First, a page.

Parents can help their child’s doctor diagnose the problem if they are armed with some information. Your doctor will probably ask the following questions:

  • How long have symptoms been present?
  • What OTC medications have you given him or her to help with pain or fever?
  • What other illnesses have they had recently?
  • Has the baby been exposed to other people that are ill at daycare or elsewhere?
  • Is the baby often exposed to tobacco smoke in the home?
  • Is the mother breastfeeding?

“Before antibiotics, ear infections could be very serious, leading to a loss of hearing, infection in the tissues around the brain and spinal chord or infection of the bone behind the ear,” Carron explains. “Once antibiotics were available they became widely prescribed for ear infections and have helped to prevent some of the more serious results of chronic infections of the ear.”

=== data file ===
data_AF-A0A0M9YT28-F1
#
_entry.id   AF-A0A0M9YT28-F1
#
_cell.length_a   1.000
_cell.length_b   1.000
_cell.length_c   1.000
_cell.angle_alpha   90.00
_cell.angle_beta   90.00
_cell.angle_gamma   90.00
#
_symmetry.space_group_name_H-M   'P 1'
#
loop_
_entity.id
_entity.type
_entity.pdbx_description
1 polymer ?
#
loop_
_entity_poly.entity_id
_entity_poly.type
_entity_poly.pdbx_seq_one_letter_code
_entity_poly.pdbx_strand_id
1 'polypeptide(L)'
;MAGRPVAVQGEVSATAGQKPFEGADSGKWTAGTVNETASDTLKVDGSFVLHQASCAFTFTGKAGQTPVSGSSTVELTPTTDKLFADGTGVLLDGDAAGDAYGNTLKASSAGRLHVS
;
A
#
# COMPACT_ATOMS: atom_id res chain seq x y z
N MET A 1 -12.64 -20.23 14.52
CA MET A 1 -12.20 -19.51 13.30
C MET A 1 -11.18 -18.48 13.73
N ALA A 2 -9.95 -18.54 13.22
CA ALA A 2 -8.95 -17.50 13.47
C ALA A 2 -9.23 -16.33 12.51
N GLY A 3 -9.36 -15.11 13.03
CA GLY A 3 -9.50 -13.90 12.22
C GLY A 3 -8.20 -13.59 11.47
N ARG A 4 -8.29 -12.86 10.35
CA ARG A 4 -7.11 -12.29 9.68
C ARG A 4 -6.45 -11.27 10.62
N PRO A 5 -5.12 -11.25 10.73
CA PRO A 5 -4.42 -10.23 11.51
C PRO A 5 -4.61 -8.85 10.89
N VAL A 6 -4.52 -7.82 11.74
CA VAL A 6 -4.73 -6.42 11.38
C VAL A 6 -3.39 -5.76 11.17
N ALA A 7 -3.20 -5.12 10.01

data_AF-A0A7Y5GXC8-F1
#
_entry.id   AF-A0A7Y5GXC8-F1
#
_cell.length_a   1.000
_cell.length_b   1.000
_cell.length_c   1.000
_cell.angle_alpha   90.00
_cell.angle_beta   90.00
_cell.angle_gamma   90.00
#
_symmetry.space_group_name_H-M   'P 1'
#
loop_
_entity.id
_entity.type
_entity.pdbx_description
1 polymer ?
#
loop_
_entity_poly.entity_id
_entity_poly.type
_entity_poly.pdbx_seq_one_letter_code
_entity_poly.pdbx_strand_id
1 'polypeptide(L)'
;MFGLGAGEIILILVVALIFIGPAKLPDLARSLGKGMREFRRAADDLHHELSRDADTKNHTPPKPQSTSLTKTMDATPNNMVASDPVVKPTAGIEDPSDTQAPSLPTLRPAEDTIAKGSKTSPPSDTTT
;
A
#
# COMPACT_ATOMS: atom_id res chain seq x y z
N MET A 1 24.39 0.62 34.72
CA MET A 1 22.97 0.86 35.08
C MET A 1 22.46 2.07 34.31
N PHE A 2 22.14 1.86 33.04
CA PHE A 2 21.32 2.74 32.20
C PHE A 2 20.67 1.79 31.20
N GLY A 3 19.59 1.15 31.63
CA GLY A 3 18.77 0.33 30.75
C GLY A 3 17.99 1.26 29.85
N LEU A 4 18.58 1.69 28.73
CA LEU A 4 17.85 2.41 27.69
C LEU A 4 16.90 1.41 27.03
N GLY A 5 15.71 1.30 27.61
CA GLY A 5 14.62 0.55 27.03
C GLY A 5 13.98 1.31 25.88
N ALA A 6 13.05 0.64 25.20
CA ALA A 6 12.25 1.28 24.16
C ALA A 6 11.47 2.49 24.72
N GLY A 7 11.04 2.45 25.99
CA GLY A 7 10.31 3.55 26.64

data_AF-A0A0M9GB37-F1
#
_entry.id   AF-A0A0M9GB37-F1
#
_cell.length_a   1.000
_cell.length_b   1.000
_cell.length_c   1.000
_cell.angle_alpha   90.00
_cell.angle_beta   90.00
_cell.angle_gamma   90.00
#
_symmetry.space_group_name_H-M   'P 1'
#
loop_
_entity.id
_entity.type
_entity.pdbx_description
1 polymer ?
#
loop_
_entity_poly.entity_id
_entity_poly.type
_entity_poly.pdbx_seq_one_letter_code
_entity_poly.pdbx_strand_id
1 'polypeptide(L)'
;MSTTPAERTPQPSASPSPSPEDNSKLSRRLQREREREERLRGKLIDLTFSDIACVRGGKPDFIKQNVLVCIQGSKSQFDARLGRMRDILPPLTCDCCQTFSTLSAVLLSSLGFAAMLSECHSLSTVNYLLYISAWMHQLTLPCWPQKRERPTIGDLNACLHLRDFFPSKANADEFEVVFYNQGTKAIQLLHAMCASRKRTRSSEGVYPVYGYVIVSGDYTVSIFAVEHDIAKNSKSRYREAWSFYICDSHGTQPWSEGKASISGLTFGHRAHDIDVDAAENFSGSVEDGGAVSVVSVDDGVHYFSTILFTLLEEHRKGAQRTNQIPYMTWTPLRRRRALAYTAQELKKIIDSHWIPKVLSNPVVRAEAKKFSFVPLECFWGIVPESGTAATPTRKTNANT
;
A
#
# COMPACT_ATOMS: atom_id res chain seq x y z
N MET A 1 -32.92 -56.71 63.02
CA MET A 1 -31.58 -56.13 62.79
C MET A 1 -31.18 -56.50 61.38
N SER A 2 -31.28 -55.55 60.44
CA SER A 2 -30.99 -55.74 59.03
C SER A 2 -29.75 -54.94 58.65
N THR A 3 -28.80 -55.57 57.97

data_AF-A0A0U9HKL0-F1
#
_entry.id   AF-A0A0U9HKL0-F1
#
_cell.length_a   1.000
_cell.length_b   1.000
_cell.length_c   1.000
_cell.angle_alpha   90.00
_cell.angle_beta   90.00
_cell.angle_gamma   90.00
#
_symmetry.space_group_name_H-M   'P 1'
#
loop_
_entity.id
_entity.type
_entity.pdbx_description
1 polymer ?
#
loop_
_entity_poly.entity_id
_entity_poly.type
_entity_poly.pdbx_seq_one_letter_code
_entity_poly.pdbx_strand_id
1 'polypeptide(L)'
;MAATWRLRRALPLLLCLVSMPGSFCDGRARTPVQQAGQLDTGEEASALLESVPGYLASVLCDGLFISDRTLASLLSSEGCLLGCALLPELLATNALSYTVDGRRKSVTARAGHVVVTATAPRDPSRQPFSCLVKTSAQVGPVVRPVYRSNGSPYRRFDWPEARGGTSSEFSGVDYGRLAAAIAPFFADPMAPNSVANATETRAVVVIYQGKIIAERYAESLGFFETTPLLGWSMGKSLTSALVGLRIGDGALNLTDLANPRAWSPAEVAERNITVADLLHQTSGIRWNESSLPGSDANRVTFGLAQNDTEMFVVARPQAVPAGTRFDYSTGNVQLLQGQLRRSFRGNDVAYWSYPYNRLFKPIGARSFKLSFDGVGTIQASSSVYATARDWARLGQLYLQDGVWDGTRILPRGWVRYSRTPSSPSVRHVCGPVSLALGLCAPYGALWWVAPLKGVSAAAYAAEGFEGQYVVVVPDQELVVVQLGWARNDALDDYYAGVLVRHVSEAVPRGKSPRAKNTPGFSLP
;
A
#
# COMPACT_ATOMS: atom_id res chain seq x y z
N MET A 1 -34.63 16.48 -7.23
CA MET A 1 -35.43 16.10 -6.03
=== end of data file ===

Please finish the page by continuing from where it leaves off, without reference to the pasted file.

“However, today we are all too aware of the over-use of antibiotics and are careful to only prescribe them when they are absolutely needed,” he continues. “Historically about 80 to 85% of ear infections will resolve themselves without antibiotics. When there is a question about whether or not antibiotics are needed, we sometimes strike a compromise and suggest that parents not fill the prescription for two days in case symptoms improve.”

According to Dr. Carron, there are certain conditions under which he generally does prescribe an antibiotic:

  • If a child is under 6 months of age, since their immune system is not yet strong enough to fight off infection.
  • If a child has had another ear infection in the last month – which probably means the last infection never fully cleared up.
  • If the baby or child has a fever of 102o or higher, or if they have severe ear pain not helped by an OTC medicine such as Tylenol.
  • If the child has a chronic illness, cochlear implants or a compromised immune system.

Well-Being asked if there is anything parents can do to lessen the risk of their baby or young child contracting an ear infection.